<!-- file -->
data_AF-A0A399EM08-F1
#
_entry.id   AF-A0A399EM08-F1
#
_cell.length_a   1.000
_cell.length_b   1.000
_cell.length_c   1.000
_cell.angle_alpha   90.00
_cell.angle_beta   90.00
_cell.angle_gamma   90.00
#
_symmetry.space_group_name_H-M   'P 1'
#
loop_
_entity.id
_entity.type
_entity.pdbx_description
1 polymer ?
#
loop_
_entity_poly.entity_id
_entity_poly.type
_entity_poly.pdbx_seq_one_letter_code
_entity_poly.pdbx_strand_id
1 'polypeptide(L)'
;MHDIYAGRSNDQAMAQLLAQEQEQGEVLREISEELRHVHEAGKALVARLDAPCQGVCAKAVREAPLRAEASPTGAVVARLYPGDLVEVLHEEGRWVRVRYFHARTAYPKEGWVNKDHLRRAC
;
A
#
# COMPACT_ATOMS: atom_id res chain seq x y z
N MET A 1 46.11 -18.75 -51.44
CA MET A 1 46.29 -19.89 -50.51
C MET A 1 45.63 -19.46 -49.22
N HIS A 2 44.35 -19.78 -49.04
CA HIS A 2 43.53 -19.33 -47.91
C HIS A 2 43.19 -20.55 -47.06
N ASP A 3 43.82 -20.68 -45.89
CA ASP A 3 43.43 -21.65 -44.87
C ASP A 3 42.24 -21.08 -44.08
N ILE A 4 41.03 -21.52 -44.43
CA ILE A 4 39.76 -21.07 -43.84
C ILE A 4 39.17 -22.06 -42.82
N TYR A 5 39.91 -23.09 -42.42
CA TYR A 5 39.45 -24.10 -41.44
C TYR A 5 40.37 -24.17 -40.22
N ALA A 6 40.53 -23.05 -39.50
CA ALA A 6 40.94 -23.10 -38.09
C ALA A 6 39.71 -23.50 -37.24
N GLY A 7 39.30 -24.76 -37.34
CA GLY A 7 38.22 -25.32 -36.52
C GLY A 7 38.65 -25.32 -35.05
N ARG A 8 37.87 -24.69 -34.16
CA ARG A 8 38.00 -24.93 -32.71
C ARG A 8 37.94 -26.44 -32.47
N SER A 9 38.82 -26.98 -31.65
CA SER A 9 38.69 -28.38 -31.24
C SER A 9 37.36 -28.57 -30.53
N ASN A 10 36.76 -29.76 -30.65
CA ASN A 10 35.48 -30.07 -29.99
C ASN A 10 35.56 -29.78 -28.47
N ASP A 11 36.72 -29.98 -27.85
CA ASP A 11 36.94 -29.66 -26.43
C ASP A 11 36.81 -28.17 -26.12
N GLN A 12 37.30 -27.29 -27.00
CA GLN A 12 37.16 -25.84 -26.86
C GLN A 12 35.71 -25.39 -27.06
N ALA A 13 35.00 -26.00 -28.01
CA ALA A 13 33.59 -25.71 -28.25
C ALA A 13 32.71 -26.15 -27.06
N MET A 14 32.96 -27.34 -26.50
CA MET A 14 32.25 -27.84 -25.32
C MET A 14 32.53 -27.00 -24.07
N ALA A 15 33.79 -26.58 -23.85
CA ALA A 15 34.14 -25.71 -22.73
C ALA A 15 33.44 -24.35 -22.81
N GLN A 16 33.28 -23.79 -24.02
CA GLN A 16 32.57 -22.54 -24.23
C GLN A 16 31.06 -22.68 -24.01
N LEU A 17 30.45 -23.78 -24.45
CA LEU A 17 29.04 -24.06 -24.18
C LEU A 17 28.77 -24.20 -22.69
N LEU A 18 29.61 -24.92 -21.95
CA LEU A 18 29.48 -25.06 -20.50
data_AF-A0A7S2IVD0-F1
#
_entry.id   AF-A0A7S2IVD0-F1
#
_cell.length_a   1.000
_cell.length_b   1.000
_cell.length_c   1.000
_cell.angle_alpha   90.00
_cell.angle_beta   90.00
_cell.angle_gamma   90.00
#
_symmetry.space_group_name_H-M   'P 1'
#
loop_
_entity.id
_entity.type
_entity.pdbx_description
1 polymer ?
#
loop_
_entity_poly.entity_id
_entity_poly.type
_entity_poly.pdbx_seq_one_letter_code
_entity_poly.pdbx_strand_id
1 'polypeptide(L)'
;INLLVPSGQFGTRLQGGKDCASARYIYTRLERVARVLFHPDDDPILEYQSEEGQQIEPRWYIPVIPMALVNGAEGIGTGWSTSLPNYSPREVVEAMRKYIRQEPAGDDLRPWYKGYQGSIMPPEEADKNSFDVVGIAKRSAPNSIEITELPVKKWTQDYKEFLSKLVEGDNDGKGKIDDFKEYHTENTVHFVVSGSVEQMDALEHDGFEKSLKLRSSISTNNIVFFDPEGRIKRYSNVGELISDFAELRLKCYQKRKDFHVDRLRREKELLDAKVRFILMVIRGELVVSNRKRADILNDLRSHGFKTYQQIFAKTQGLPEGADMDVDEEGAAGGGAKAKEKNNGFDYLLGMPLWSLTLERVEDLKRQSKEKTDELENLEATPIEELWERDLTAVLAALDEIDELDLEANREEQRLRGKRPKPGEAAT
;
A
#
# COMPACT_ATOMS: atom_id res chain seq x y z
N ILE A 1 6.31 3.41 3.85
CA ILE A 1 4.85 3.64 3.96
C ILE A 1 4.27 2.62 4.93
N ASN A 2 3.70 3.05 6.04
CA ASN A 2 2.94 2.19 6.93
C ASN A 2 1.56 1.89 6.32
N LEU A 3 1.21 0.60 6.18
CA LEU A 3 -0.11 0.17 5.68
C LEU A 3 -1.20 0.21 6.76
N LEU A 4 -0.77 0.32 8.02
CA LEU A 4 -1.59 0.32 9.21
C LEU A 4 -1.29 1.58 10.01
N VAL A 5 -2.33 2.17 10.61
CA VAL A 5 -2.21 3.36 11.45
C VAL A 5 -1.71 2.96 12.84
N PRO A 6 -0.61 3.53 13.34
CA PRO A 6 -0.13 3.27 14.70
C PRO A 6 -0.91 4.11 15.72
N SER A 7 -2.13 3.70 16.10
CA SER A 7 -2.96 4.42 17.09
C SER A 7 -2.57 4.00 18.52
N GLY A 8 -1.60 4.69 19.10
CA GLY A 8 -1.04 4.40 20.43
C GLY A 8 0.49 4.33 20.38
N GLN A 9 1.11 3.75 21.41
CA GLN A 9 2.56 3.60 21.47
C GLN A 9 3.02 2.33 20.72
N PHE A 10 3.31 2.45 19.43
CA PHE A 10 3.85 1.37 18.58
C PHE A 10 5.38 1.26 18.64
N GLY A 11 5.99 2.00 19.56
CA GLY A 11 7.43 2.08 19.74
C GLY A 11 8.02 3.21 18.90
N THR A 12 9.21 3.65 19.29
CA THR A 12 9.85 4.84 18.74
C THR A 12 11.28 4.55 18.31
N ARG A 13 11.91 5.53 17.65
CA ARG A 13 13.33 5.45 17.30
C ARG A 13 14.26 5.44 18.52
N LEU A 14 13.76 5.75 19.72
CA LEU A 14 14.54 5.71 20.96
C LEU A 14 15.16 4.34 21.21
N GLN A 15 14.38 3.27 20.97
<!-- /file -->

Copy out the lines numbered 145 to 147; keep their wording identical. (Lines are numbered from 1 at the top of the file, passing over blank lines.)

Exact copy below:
CA GLY A 11 7.43 2.08 19.74
C GLY A 11 8.02 3.21 18.90
N THR A 12 9.21 3.65 19.29